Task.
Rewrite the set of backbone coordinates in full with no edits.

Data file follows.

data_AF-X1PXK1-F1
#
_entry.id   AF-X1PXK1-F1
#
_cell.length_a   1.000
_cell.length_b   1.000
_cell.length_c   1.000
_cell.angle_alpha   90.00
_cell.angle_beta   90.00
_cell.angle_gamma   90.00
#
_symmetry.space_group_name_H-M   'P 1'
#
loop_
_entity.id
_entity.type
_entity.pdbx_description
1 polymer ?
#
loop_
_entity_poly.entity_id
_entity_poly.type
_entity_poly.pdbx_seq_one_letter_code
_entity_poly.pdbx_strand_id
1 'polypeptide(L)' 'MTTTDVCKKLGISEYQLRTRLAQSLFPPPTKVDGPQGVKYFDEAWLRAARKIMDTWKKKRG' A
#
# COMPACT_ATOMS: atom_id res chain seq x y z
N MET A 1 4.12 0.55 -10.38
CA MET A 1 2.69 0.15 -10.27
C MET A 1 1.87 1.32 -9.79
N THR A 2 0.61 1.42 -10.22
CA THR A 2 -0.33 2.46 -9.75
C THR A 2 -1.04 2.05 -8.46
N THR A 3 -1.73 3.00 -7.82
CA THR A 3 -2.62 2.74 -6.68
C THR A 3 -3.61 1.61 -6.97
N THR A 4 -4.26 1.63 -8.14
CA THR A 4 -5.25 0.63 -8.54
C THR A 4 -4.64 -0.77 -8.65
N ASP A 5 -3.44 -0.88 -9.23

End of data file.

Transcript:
data_AF-X1PXK1-F1
#
_entry.id   AF-X1PXK1-F1
#
_cell.length_a   1.000
_cell.length_b   1.000
_cell.length_c   1.000
_cell.angle_alpha   90.00
_cell.angle_beta   90.00
_cell.angle_gamma   90.00
#
_symmetry.space_group_name_H-M   'P 1'
#
loop_
_entity.id
_entity.type
_entity.pdbx_description
1 polymer ?
#
loop_
_entity_poly.entity_id
_entity_poly.type
_entity_poly.pdbx_seq_one_letter_code
_entity_poly.pdbx_strand_id
1 'polypeptide(L)' 'MTTTDVCKKLGISEYQLRTRLAQSLFPPPTKVDGPQGVKYFDEAWLRAARKIMDTWKKKRG' A
#
# COMPACT_ATOMS: atom_id res chain seq x y z
N MET A 1 4.12 0.55 -10.38
CA MET A 1 2.69 0.15 -10.27
C MET A 1 1.87 1.32 -9.79
N THR A 2 0.61 1.42 -10.22
CA THR A 2 -0.33 2.46 -9.75
C THR A 2 -1.04 2.05 -8.46
N THR A 3 -1.73 3.00 -7.82
CA THR A 3 -2.62 2.74 -6.68
C THR A 3 -3.61 1.61 -6.97
N THR A 4 -4.26 1.63 -8.14
CA THR A 4 -5.25 0.63 -8.54
C THR A 4 -4.64 -0.77 -8.65
N ASP A 5 -3.44 -0.88 -9.23